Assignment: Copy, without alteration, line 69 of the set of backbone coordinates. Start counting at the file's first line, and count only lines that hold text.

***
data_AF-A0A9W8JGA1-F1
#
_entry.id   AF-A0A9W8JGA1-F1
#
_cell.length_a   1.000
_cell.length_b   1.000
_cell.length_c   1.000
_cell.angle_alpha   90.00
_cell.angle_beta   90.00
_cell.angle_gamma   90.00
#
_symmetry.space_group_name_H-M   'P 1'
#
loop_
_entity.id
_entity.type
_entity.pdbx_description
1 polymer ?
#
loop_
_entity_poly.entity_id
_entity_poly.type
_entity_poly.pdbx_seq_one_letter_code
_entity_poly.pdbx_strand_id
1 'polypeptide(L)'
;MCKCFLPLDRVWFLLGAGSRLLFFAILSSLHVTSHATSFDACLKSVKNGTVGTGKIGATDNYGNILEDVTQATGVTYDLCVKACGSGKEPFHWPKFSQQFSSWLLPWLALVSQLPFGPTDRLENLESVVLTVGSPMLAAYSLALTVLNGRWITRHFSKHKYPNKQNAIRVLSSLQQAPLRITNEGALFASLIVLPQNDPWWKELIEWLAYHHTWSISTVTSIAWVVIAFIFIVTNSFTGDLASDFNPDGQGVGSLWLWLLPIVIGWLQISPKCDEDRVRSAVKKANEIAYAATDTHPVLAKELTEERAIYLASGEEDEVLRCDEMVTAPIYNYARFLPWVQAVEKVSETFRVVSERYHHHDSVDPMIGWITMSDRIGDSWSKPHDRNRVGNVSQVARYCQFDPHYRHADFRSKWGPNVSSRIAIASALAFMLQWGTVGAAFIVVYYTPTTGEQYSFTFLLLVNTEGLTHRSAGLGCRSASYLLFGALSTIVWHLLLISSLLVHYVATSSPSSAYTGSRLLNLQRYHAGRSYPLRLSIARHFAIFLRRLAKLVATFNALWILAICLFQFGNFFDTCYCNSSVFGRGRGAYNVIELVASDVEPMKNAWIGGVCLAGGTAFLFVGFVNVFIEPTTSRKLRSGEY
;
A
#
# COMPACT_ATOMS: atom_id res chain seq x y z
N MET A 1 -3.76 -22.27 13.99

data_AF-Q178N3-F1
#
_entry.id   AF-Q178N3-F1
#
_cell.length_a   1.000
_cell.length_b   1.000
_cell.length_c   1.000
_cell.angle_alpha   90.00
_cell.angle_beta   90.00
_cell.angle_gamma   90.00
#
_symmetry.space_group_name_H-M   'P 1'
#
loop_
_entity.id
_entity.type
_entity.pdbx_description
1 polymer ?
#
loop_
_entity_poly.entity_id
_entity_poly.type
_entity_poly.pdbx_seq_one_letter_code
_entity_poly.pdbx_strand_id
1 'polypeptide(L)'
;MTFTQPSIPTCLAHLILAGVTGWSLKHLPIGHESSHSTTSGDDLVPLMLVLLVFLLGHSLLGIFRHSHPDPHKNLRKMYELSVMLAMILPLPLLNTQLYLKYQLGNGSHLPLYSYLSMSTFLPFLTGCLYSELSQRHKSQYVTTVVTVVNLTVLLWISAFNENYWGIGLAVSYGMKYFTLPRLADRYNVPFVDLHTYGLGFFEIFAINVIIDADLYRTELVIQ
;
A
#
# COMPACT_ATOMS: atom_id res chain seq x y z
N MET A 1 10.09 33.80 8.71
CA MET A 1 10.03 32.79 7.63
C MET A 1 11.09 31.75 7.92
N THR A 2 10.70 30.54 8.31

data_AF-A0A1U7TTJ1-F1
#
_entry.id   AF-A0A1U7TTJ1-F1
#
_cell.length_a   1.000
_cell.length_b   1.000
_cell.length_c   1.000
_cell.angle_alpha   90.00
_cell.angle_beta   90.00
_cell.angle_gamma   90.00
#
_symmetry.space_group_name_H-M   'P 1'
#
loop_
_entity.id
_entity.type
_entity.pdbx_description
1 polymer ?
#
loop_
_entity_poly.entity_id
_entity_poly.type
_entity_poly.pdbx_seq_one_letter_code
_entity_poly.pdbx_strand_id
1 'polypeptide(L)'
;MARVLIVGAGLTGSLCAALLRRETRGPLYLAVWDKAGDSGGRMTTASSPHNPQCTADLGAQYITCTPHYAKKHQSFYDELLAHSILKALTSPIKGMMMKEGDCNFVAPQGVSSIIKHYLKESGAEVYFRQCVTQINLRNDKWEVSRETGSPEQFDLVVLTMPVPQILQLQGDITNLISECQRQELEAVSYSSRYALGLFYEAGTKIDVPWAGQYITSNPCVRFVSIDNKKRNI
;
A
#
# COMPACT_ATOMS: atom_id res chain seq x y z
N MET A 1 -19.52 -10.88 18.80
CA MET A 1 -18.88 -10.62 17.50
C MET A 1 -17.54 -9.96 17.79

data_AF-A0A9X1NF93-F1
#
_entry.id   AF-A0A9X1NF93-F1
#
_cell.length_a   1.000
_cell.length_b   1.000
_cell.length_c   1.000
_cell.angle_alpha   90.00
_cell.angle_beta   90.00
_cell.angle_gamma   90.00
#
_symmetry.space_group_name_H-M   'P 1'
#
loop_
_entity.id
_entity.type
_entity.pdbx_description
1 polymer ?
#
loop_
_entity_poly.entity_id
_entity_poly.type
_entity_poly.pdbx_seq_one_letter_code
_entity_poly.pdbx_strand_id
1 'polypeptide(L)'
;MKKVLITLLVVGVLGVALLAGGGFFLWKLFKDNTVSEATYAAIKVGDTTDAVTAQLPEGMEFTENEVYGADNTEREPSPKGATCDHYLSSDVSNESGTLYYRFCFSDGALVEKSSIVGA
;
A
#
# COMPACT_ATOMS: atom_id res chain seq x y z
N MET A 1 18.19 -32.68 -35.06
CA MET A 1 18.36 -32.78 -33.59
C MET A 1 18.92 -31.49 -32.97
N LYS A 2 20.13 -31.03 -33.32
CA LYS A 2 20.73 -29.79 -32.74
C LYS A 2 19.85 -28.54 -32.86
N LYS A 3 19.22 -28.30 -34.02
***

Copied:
#